In “Bianca,” one of the many dance-centric numbers in “Kiss Me, Kate,” Corbin Bleu zips up and down the staircase, tapping every surface until his feet eventually touch the ceiling.
Those moves, and the decision to go for the ceiling, came from the mind of choreographer Warren Carlyle, who is Tony nominated for his work on the show.
Carlyle spoke with Broadway News about how he came up with new moves for the revised classic and how dance interacts with the gender politics in the show.
Broadway News: How did you approach the choreography? Did you reference the original musical?
Carlyle: I didn’t. It’s all new. I’m a big fan of those movie musicals. There were a lot of great movie musicals through the ‘40s and I looked at a lot of those. “On the Town” is probably a good reference. “Easter Parade” is a good reference.
The show itself is quite challenging choreographically, because I’ve chosen to do many different styles. There’s crazy Nicholas Brothers tapping and then there’s hot American jazz in “Too Darn Hot.” “Tom, Dick or Harry” is all character driven. “Bianca” is crazy tapping. “Cantiamo D’Amore” is very classical, with tambourines and a tarantella. So there’s a lot of really varied styles within it. That was that was the fun and that was the challenge.
BN: Did the changes to the script, which give Kelli O’Hara’s character more agency, affect your approach to the choreography at all?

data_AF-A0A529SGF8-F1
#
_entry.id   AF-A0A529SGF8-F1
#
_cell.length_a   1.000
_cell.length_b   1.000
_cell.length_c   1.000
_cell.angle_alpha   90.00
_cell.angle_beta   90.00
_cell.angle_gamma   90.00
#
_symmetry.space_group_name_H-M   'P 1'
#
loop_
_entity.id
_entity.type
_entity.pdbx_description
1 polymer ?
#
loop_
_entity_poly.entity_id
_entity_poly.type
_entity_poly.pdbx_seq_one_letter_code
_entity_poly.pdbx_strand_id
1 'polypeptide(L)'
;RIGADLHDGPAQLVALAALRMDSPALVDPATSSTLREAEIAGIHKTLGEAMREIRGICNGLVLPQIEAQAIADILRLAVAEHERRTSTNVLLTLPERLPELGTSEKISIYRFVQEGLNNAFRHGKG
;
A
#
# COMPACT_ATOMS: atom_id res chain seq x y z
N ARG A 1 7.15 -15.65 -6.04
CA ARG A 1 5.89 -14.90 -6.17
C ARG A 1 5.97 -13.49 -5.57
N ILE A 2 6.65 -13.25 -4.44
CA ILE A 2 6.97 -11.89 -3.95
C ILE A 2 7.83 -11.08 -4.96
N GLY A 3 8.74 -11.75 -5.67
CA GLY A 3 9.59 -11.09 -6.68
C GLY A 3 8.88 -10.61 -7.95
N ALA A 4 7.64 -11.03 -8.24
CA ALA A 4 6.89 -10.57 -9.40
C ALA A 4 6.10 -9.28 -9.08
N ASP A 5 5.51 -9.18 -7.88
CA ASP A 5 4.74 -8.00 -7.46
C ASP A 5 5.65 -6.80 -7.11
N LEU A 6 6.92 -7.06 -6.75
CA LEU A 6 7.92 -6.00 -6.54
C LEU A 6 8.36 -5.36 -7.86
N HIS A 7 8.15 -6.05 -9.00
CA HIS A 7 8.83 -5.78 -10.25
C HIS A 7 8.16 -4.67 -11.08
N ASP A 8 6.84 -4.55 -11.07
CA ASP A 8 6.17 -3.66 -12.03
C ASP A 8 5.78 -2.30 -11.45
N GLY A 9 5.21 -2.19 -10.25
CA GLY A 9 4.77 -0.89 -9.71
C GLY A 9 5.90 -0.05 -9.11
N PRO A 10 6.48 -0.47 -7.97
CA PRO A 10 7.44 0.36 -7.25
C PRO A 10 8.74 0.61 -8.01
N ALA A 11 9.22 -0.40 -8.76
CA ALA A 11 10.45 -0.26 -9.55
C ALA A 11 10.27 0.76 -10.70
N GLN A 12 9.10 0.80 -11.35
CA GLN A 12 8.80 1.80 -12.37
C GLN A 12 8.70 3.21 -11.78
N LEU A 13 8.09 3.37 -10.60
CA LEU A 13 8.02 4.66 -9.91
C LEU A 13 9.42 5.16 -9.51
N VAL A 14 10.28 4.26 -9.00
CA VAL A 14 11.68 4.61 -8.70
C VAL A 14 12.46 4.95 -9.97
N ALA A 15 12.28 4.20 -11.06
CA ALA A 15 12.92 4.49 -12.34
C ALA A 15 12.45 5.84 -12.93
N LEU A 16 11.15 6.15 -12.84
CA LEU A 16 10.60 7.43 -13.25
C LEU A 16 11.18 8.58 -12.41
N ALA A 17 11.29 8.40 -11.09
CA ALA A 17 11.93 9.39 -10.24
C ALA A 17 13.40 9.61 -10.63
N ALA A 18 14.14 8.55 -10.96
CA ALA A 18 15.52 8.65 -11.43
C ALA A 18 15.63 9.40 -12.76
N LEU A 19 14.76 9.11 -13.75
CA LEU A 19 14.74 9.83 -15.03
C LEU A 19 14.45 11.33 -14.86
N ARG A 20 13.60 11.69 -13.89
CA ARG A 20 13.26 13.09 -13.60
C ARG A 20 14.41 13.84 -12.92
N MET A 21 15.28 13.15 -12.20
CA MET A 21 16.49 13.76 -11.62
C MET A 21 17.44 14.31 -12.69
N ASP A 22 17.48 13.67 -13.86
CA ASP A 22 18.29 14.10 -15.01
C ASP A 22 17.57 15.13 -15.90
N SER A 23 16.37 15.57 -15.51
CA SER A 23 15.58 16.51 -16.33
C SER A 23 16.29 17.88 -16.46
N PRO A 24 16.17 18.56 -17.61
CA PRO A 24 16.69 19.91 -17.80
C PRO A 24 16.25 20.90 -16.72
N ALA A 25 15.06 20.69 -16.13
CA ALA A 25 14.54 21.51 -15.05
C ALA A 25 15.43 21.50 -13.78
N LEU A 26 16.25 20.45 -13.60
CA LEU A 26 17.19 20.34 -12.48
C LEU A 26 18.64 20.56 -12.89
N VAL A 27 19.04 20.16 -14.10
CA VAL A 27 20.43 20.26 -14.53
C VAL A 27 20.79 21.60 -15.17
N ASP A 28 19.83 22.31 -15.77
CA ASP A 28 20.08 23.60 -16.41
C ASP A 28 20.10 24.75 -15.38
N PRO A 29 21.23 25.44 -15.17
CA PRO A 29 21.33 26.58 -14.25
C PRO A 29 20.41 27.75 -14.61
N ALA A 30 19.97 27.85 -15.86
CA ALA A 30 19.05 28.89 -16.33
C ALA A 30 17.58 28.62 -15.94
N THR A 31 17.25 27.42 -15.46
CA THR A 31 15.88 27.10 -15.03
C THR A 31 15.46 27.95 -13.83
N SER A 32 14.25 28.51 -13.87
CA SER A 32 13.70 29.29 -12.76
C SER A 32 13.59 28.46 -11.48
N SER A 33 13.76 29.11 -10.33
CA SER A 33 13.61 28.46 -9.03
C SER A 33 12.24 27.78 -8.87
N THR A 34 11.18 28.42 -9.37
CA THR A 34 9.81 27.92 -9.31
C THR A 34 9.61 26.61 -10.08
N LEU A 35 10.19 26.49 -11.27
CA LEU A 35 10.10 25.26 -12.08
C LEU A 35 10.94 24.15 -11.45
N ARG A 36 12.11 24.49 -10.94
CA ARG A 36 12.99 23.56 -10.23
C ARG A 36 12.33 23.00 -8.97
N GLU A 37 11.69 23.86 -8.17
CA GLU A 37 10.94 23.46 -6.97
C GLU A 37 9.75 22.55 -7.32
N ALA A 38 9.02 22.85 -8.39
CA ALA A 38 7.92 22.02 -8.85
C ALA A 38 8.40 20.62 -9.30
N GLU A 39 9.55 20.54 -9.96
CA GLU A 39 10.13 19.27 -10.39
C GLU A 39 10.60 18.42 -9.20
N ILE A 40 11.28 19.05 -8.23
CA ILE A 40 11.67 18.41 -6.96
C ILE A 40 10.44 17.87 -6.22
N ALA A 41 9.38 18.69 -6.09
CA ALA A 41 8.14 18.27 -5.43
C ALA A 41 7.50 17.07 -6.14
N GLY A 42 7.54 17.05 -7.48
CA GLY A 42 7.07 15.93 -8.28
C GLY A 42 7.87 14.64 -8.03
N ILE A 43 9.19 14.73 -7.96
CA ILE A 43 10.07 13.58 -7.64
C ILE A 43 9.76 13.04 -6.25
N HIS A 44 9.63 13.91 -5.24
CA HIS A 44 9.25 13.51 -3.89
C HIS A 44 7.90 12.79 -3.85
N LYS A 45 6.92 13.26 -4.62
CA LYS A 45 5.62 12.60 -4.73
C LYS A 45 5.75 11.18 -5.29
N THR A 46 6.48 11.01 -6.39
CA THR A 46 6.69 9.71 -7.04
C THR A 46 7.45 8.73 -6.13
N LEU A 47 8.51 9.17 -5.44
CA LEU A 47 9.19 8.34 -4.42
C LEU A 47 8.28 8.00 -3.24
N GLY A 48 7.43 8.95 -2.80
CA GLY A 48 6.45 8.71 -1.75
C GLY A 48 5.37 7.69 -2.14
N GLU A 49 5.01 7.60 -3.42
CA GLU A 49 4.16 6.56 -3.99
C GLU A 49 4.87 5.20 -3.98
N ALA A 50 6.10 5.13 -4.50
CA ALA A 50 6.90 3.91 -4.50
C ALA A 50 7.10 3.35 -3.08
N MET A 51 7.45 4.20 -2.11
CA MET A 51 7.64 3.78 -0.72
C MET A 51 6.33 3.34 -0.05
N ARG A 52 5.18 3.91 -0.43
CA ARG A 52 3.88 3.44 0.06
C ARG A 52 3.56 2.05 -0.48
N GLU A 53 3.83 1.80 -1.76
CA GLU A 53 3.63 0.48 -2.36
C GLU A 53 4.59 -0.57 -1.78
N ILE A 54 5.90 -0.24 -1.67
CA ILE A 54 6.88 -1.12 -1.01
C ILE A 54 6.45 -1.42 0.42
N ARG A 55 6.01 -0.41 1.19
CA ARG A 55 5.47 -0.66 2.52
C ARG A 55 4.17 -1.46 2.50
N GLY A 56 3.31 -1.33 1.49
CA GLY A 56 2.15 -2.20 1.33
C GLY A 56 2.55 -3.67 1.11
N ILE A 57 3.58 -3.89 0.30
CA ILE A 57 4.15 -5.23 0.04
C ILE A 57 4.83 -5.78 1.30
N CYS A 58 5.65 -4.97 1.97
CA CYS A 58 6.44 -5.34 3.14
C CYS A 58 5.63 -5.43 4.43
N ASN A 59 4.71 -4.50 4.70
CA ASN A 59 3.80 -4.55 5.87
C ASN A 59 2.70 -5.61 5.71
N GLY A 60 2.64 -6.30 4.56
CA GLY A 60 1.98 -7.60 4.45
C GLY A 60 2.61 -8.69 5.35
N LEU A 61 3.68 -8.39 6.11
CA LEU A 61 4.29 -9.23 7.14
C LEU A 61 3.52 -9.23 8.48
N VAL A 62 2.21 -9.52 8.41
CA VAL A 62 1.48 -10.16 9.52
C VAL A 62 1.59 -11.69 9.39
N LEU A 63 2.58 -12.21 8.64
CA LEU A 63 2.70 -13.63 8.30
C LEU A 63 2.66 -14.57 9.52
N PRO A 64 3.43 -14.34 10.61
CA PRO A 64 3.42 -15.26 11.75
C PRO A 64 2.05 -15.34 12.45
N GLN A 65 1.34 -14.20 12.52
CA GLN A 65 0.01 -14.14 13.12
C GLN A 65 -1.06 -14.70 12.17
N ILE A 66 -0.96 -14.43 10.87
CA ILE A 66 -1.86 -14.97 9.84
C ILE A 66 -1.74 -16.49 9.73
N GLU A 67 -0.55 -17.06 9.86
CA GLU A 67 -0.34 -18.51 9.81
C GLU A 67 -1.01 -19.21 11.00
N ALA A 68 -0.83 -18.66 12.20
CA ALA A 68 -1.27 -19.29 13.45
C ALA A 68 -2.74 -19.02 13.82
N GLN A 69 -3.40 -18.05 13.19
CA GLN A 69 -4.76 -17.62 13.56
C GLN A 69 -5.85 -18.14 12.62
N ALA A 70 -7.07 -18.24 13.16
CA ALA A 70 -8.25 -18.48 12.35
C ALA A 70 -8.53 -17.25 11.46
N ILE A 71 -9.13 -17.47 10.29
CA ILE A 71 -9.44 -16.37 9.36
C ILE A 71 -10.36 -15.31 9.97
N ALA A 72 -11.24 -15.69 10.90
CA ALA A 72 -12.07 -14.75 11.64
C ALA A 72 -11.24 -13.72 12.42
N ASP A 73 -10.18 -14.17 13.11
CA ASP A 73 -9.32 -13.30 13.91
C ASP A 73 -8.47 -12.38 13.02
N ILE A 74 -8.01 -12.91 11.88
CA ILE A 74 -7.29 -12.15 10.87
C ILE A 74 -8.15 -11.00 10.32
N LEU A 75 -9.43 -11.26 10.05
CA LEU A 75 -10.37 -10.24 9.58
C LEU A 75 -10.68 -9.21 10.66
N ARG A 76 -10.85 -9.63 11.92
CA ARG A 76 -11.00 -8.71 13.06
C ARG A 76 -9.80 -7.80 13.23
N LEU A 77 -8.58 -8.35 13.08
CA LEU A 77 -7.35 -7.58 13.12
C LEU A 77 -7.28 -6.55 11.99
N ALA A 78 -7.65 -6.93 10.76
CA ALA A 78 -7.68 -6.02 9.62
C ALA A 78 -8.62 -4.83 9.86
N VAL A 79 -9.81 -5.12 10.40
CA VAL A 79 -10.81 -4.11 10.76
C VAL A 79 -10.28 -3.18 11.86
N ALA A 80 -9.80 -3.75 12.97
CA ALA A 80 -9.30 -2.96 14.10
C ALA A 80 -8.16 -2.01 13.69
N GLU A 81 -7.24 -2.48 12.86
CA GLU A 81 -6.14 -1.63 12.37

Carlyle: Yes, because I started to understand that I needed to find more equality in the dance. And then to go one step further to find the competitive nature of the battle of the sexes. And then within the choreography, if the men are smart, the women are smarter
BN: In “Bianca,” there’s a moment where Corbin Bleu swings up his feet to dance on the ceiling of the set. Was that number built around what Corbin could do or how did that come about?
Carlyle: That was a number I worked on the most. I had probably five goes at that. And as I was sitting in the third row of the theater and looking up, the only place in David Rockwell’s incredible set that he had not danced on was that ceiling. So I knew somehow I had to get his feet up there. And that was it. I went to David Rockwell and asked him to reinforce some of the railings so we could dance on the railings. And Corbin was game enough to try for three hours and figure out how to do it.
BN: What’s your favorite moment in the show?
Carlyle: It’s the audience reaction to “Too Darn Hot,” because they very politely applaud for a musical number and then I think they realize that those dancers just danced for 10 minutes and 45 seconds. There’s a really great tipping point in the applause that I think is profound, because when do you really just get to applaud for dance? Just pure dance? It’s very rare. So I was I’m happy that they get the kind of that kind of affirmation.